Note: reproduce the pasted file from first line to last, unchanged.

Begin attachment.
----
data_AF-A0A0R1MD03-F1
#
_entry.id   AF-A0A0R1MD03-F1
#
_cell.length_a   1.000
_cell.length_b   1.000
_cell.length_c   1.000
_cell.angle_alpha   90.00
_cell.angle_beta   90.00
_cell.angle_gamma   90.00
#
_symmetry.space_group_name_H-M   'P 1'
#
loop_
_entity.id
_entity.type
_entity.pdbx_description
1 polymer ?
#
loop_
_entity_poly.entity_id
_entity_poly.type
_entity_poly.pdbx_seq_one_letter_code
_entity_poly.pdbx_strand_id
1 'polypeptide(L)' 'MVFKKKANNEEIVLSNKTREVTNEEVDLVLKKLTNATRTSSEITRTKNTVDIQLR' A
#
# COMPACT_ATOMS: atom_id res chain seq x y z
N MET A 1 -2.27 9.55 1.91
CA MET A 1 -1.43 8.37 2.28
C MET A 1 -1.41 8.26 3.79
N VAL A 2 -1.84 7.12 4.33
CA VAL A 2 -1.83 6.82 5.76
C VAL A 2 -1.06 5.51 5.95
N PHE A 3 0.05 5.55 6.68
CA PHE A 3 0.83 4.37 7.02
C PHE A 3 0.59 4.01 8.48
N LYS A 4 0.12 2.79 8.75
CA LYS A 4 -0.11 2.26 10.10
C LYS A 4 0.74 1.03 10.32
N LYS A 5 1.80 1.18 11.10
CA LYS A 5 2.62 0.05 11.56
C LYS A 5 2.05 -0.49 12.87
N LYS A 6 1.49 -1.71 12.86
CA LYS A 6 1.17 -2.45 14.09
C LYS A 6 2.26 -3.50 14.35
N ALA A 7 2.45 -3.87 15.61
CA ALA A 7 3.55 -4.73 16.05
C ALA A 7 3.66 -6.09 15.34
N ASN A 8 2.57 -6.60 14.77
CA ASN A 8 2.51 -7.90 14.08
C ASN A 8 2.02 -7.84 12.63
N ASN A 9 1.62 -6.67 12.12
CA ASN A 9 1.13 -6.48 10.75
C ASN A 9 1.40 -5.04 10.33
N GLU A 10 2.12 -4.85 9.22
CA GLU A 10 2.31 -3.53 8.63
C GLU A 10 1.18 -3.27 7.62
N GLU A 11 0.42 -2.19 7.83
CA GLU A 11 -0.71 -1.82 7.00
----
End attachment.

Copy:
data_AF-A0A0R1MD03-F1
#
_entry.id   AF-A0A0R1MD03-F1
#
_cell.length_a   1.000
_cell.length_b   1.000
_cell.length_c   1.000
_cell.angle_alpha   90.00
_cell.angle_beta   90.00
_cell.angle_gamma   90.00
#
_symmetry.space_group_name_H-M   'P 1'
#
loop_
_entity.id
_entity.type
_entity.pdbx_description
1 polymer ?
#
loop_
_entity_poly.entity_id
_entity_poly.type
_entity_poly.pdbx_seq_one_letter_code
_entity_poly.pdbx_strand_id
1 'polypeptide(L)' 'MVFKKKANNEEIVLSNKTREVTNEEVDLVLKKLTNATRTSSEITRTKNTVDIQLR' A
#
# COMPACT_ATOMS: atom_id res chain seq x y z
N MET A 1 -2.27 9.55 1.91
CA MET A 1 -1.43 8.37 2.28
C MET A 1 -1.41 8.26 3.79
N VAL A 2 -1.84 7.12 4.33
CA VAL A 2 -1.83 6.82 5.76
C VAL A 2 -1.06 5.51 5.95
N PHE A 3 0.05 5.55 6.68
CA PHE A 3 0.83 4.37 7.02
C PHE A 3 0.59 4.01 8.48
N LYS A 4 0.12 2.79 8.75
CA LYS A 4 -0.11 2.26 10.10
C LYS A 4 0.74 1.03 10.32
N LYS A 5 1.80 1.18 11.10
CA LYS A 5 2.62 0.05 11.56
C LYS A 5 2.05 -0.49 12.87
N LYS A 6 1.49 -1.71 12.86
CA LYS A 6 1.17 -2.45 14.09
C LYS A 6 2.26 -3.50 14.35
N ALA A 7 2.45 -3.87 15.61
CA ALA A 7 3.55 -4.73 16.05
C ALA A 7 3.66 -6.09 15.34
N ASN A 8 2.57 -6.60 14.77
CA ASN A 8 2.51 -7.90 14.08
C ASN A 8 2.02 -7.84 12.63
N ASN A 9 1.62 -6.67 12.12
CA ASN A 9 1.13 -6.48 10.75
C ASN A 9 1.40 -5.04 10.33
N GLU A 10 2.12 -4.85 9.22
CA GLU A 10 2.31 -3.53 8.63
C GLU A 10 1.18 -3.27 7.62
N GLU A 11 0.42 -2.19 7.83
CA GLU A 11 -0.71 -1.82 7.00